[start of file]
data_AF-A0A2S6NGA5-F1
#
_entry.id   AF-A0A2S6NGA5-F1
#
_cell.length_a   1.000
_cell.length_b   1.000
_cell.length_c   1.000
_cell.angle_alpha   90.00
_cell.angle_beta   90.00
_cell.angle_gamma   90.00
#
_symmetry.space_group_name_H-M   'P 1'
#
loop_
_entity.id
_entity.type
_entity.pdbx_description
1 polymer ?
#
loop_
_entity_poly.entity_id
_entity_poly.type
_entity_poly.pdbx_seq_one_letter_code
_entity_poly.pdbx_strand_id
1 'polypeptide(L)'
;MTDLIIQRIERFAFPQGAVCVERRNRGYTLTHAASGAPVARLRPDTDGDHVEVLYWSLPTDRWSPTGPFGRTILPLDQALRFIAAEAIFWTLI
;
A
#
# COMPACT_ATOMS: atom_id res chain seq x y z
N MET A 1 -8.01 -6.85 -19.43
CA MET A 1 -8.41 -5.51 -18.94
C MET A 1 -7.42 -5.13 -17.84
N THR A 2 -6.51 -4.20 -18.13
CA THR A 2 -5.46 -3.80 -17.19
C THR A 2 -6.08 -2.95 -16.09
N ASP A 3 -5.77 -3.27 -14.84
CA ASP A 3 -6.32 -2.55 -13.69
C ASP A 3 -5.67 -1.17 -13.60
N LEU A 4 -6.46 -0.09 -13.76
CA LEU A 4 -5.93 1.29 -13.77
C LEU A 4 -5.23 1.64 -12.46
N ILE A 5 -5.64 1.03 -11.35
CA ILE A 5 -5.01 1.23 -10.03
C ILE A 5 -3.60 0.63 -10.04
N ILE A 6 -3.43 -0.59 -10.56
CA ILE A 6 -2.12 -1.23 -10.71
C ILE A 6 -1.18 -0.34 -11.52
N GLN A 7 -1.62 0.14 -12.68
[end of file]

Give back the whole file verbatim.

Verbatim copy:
data_AF-A0A2S6NGA5-F1
#
_entry.id   AF-A0A2S6NGA5-F1
#
_cell.length_a   1.000
_cell.length_b   1.000
_cell.length_c   1.000
_cell.angle_alpha   90.00
_cell.angle_beta   90.00
_cell.angle_gamma   90.00
#
_symmetry.space_group_name_H-M   'P 1'
#
loop_
_entity.id
_entity.type
_entity.pdbx_description
1 polymer ?
#
loop_
_entity_poly.entity_id
_entity_poly.type
_entity_poly.pdbx_seq_one_letter_code
_entity_poly.pdbx_strand_id
1 'polypeptide(L)'
;MTDLIIQRIERFAFPQGAVCVERRNRGYTLTHAASGAPVARLRPDTDGDHVEVLYWSLPTDRWSPTGPFGRTILPLDQALRFIAAEAIFWTLI
;
A
#
# COMPACT_ATOMS: atom_id res chain seq x y z
N MET A 1 -8.01 -6.85 -19.43
CA MET A 1 -8.41 -5.51 -18.94
C MET A 1 -7.42 -5.13 -17.84
N THR A 2 -6.51 -4.20 -18.13
CA THR A 2 -5.46 -3.80 -17.19
C THR A 2 -6.08 -2.95 -16.09
N ASP A 3 -5.77 -3.27 -14.84
CA ASP A 3 -6.32 -2.55 -13.69
C ASP A 3 -5.67 -1.17 -13.60
N LEU A 4 -6.46 -0.09 -13.76
CA LEU A 4 -5.93 1.29 -13.77
C LEU A 4 -5.23 1.64 -12.46
N ILE A 5 -5.64 1.03 -11.35
CA ILE A 5 -5.01 1.23 -10.03
C ILE A 5 -3.60 0.63 -10.04
N ILE A 6 -3.43 -0.59 -10.56
CA ILE A 6 -2.12 -1.23 -10.71
C ILE A 6 -1.18 -0.34 -11.52
N GLN A 7 -1.62 0.14 -12.68